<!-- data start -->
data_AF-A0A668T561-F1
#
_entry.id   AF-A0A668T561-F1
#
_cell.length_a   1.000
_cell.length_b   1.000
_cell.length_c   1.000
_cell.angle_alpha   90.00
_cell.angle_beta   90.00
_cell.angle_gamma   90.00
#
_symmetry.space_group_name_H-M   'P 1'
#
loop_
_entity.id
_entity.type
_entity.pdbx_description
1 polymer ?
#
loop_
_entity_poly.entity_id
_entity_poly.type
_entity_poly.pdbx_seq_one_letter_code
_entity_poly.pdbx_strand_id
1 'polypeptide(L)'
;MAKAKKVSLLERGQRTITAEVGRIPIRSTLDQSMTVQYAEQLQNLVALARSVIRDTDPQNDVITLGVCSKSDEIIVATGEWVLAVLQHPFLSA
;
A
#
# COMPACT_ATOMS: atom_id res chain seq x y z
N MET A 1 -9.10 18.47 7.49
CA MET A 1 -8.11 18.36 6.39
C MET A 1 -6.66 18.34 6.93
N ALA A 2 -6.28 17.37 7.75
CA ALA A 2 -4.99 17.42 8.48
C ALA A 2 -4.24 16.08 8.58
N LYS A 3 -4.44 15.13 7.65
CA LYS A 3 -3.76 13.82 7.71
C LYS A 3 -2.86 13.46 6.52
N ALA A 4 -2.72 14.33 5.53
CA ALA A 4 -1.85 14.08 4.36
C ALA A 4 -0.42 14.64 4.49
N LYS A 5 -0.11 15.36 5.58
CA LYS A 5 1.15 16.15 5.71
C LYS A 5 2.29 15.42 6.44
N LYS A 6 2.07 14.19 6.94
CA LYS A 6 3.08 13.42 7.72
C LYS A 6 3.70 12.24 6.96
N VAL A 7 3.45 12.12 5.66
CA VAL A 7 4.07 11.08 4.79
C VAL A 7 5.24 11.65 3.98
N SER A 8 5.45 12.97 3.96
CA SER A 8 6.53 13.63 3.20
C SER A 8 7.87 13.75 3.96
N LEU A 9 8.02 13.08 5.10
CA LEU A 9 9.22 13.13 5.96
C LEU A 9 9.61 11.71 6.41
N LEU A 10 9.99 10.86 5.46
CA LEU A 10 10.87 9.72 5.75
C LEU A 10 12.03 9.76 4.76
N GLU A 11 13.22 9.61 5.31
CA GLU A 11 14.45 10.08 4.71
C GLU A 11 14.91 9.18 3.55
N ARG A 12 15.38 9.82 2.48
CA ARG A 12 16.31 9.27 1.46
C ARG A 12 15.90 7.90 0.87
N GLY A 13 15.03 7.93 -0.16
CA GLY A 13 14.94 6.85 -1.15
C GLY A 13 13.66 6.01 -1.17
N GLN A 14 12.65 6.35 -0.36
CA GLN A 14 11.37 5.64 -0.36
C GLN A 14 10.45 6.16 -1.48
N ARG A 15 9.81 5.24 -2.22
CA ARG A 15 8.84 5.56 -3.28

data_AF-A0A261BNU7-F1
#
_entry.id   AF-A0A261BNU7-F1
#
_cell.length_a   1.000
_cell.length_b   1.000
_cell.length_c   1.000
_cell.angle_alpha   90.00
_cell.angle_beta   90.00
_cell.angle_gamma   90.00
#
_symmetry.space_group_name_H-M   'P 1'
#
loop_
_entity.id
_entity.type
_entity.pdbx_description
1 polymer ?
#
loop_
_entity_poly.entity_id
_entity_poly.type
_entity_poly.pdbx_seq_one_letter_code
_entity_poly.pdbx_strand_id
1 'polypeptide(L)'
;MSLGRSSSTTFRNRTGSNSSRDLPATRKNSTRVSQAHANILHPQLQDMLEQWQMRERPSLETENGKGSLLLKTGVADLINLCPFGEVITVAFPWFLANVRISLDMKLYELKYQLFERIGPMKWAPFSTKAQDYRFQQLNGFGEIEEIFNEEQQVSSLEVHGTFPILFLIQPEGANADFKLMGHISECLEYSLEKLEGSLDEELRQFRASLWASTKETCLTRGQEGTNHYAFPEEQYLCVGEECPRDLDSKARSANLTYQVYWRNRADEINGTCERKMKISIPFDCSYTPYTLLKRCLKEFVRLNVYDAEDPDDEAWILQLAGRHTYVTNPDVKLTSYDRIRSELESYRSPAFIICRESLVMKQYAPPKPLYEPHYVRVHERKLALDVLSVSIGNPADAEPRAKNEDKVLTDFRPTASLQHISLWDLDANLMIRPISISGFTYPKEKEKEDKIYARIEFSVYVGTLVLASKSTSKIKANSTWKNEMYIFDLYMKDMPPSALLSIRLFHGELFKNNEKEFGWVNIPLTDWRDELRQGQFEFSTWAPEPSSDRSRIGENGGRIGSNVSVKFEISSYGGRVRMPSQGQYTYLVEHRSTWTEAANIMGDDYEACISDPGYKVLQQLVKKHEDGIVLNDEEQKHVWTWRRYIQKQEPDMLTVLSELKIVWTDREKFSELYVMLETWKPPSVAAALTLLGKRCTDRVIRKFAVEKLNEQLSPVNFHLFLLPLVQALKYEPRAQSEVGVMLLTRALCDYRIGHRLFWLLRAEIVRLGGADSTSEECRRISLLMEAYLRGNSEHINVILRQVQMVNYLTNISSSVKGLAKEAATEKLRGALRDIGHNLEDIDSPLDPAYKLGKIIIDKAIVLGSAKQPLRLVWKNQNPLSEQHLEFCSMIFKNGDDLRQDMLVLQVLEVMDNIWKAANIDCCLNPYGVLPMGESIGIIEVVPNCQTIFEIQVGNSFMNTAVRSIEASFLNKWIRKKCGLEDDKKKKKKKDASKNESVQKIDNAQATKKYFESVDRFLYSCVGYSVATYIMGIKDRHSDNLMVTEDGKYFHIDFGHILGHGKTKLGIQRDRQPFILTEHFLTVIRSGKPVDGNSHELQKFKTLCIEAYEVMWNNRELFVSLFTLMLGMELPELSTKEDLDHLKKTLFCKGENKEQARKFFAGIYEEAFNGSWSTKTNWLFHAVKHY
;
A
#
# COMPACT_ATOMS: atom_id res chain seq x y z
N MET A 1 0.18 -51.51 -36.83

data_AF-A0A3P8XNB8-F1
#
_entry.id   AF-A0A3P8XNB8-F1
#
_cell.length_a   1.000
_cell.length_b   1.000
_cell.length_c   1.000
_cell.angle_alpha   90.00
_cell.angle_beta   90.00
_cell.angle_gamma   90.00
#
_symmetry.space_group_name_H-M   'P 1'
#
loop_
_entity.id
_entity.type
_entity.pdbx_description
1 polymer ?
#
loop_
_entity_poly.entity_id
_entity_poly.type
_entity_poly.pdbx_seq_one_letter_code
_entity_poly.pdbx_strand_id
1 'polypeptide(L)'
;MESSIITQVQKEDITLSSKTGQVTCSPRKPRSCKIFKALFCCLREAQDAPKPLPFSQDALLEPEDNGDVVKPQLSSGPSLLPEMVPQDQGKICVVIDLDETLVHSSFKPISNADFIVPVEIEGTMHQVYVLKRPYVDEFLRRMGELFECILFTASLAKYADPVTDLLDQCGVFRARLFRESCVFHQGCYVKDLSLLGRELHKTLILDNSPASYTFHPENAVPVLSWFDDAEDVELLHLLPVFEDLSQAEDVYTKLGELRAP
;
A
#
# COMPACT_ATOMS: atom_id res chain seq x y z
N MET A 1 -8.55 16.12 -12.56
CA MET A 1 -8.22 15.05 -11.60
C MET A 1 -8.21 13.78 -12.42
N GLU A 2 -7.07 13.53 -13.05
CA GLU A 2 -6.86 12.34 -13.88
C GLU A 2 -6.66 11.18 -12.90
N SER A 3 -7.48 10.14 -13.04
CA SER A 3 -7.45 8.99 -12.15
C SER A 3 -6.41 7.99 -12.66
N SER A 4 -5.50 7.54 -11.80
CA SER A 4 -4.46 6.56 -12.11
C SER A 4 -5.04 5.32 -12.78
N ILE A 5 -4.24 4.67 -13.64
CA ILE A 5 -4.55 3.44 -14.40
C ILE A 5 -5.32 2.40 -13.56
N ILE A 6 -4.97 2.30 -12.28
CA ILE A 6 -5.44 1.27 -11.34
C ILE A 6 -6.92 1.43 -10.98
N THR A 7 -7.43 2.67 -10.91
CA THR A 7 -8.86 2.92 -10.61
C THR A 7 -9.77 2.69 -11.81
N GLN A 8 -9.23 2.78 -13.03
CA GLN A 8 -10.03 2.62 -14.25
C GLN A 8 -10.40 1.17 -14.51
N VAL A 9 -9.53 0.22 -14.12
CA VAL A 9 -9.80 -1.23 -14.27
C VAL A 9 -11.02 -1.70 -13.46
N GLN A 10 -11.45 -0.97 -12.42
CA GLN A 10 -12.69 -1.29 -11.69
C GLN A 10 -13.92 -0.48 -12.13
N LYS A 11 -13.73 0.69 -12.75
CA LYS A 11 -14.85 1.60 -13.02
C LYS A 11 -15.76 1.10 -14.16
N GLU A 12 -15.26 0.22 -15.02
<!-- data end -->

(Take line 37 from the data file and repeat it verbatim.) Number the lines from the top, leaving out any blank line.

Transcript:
N LYS A 3 -4.44 15.13 7.65